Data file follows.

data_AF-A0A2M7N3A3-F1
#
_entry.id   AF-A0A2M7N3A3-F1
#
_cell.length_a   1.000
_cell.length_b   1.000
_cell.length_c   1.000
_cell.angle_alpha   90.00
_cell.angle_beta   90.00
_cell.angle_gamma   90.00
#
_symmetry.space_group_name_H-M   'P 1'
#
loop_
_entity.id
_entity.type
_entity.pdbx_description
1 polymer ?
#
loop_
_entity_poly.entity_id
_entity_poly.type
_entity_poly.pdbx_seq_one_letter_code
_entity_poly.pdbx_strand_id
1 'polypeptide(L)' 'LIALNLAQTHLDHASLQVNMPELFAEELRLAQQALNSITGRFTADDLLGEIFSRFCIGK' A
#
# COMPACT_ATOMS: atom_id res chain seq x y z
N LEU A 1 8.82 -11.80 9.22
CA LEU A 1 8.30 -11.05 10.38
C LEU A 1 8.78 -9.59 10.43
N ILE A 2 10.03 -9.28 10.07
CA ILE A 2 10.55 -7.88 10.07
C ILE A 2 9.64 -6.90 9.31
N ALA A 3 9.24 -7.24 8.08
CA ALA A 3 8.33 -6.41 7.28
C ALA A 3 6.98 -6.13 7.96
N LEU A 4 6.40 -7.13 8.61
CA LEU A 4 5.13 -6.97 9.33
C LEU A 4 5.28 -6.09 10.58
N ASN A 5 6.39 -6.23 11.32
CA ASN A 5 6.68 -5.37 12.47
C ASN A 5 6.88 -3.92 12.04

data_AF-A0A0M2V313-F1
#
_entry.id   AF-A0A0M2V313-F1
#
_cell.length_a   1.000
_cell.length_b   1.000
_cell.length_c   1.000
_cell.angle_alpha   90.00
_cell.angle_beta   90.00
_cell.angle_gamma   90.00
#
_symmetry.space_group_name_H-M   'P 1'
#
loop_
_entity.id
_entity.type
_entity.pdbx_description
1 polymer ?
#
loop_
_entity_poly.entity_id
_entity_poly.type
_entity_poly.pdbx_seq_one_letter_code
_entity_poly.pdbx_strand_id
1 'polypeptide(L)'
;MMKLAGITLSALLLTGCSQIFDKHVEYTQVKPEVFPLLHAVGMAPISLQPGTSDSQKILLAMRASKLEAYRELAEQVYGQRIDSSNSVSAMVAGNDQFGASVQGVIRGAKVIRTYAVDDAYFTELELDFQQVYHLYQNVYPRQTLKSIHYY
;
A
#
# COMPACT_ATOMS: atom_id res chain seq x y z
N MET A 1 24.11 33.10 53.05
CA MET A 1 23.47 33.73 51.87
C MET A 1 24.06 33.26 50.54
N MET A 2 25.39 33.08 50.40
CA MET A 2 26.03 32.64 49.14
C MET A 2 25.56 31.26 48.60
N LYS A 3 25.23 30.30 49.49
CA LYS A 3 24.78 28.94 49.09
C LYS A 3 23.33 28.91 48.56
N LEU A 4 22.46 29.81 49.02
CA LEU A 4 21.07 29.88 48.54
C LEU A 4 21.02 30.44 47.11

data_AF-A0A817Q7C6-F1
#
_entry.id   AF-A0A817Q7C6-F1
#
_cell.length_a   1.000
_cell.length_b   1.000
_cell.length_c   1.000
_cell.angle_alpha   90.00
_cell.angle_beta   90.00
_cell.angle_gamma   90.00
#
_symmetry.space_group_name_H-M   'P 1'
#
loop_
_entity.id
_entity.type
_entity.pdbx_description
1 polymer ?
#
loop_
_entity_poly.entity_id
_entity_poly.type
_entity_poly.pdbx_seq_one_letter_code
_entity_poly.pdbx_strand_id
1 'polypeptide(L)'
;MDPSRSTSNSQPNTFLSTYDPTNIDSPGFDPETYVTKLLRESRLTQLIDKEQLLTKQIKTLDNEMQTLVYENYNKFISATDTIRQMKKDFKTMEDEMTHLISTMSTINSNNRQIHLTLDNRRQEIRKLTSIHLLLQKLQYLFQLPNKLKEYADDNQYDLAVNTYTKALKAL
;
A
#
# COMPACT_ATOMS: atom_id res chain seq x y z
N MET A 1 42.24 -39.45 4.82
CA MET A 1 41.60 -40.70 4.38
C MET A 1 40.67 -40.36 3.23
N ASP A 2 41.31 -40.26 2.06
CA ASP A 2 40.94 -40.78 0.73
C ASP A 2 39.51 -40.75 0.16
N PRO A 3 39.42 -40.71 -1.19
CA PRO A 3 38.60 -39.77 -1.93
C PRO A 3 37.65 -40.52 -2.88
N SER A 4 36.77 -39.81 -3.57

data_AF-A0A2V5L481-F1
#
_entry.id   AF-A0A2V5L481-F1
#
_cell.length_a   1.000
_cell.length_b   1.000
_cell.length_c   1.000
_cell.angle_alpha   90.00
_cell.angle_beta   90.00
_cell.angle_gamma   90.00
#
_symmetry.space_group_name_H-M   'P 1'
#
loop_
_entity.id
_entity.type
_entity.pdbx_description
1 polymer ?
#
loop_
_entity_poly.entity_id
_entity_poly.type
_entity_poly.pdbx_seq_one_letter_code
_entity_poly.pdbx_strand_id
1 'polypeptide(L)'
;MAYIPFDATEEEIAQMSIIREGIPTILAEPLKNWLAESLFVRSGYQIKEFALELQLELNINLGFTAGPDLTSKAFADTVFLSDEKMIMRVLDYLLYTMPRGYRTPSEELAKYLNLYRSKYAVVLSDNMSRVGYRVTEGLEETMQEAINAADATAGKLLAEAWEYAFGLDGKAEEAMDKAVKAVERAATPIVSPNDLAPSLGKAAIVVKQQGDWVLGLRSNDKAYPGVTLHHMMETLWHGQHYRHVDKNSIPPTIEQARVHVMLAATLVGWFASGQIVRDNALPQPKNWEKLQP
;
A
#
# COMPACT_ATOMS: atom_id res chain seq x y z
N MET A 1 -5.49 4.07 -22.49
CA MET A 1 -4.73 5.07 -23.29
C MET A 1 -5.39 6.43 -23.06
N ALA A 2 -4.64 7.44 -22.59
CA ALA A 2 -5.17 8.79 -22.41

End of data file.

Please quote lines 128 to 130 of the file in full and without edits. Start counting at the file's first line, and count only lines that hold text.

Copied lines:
#
_cell.length_a   1.000
_cell.length_b   1.000